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TruthNotes

Timeless truth in a changing world

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Encouragement

When Everything Goes Wrong

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Yesterday was not my day. We have one of those faucets in our kitchen sink you can pull out on a little hose. Well, we had one. I came out from taking a shower to find that my toddler had broken it. Now it resembles a drinking fountain when turned on lightly and a fire hose shooting across the room when turned on full strength, thus rendering it largely useless. My son, who had been sick earlier in the week but felt better Friday and Saturday, was throwing up again. He’s old enough to leave at home during church, so the rest of us went without him. We returned home to find our house flooded. My first thought was the kitchen faucet, but no. It was the washing machine, which had overflowed. Awesome. So now I’m down a kitchen sink and a washing machine, two things I use a lot. My oldest son and I shop-vacuumed the tile part of the floor and used the carpet cleaning machine for the carpets where it had seeped into the rooms. We pulled up over ten gallons of water. I could have spent all day working on the carpets and steam mopping in the wake of the murky water, but that was not to be. I had to be at our church for the LWML fall rally, which we were hosting. So four and a half hours later, I returned home exhausted only to put in a few more hours on the carpets, and still they are sodden and nasty and have the distinct odor of a wet sock. Like I said, it was not my day.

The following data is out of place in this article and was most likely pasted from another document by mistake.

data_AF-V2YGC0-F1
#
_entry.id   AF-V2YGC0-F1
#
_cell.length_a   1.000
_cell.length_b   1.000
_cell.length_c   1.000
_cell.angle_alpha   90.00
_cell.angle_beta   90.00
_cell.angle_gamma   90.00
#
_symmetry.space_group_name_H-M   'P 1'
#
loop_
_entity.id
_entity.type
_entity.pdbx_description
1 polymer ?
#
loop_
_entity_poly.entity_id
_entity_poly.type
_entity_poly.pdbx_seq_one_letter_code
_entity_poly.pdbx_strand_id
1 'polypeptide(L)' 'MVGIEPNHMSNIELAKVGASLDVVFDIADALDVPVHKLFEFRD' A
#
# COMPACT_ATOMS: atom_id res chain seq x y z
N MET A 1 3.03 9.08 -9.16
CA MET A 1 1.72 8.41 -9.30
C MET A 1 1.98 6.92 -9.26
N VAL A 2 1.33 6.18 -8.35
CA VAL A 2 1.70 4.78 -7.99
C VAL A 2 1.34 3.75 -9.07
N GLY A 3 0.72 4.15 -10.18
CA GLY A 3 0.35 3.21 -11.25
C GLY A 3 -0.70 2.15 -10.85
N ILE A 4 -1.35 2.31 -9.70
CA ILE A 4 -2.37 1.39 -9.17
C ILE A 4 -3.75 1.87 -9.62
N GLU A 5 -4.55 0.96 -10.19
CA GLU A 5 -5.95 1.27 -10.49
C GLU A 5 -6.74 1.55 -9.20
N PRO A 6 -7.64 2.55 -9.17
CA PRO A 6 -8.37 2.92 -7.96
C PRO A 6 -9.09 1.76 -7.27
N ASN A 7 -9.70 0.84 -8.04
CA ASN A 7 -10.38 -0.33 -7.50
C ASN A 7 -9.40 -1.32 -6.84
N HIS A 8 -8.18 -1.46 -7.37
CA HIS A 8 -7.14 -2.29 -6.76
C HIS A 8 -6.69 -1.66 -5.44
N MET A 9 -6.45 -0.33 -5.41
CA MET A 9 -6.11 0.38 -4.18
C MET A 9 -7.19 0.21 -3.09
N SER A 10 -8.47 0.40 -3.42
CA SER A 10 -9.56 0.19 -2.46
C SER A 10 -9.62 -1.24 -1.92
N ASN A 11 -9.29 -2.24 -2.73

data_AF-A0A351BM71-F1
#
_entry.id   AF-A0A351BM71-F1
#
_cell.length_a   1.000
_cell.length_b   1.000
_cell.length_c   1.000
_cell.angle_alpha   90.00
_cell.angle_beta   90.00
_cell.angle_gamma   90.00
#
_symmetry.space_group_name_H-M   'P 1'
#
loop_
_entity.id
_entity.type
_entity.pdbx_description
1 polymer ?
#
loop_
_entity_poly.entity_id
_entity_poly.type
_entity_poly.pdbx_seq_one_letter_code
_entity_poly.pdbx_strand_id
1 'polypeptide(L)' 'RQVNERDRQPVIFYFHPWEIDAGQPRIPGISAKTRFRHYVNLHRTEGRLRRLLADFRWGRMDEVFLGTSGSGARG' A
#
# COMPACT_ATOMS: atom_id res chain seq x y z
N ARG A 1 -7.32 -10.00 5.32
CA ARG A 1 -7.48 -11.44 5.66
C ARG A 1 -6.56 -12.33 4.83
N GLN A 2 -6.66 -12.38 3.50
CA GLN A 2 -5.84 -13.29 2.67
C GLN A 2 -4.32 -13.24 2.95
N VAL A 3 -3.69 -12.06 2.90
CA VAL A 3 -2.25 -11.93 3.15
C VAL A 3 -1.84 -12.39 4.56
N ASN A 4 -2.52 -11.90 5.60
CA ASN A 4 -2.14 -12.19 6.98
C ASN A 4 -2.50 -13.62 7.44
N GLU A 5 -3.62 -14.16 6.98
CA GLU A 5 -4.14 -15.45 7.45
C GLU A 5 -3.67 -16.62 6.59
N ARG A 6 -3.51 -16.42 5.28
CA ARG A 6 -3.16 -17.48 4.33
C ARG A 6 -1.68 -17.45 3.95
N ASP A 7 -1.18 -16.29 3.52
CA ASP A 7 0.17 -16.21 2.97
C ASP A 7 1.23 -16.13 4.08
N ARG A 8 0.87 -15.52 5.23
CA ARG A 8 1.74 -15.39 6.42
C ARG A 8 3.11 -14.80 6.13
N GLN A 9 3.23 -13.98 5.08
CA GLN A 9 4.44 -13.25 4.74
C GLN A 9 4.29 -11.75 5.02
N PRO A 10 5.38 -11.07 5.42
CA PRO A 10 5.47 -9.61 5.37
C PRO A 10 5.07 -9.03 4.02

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How to Raise Kids Who Care

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People lament that kids in America are selfish, irresponsible, and entitled; that a day without video games is unthinkable to most American children. So how can you raise kids who defy those odds? who care about others and want to help? who put others before themselves? By modeling this behavior yourself.

If you’ve ever wondered these things about your own kids, here’s an article I wrote for the website Raising Godly Children. It is possible to raise kids who care. It just takes some work on your part, and the article is full of suggestions to get you started.

Playing Second Fiddle

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Recently my son joined the high school marching band even though he’s only in the eighth grade. This is a great (and challenging) opportunity for him as he hastens to learn the music and the steps everyone else learned a month ago. In one sense this is, of course, a promotion. He’s moving up from the middle school band to the high school band. But in another sense he’s moving down. He went from being first chair trumpet in middle school to playing secondary parts with the high school, and that’s an adjustment for him. He’s used to playing the melody. The harmony for “Phantom of the Opera” doesn’t sound nearly as glamorous as the melody. My son is learning what it’s like to play second fiddle… er, trumpet.

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Intentional Living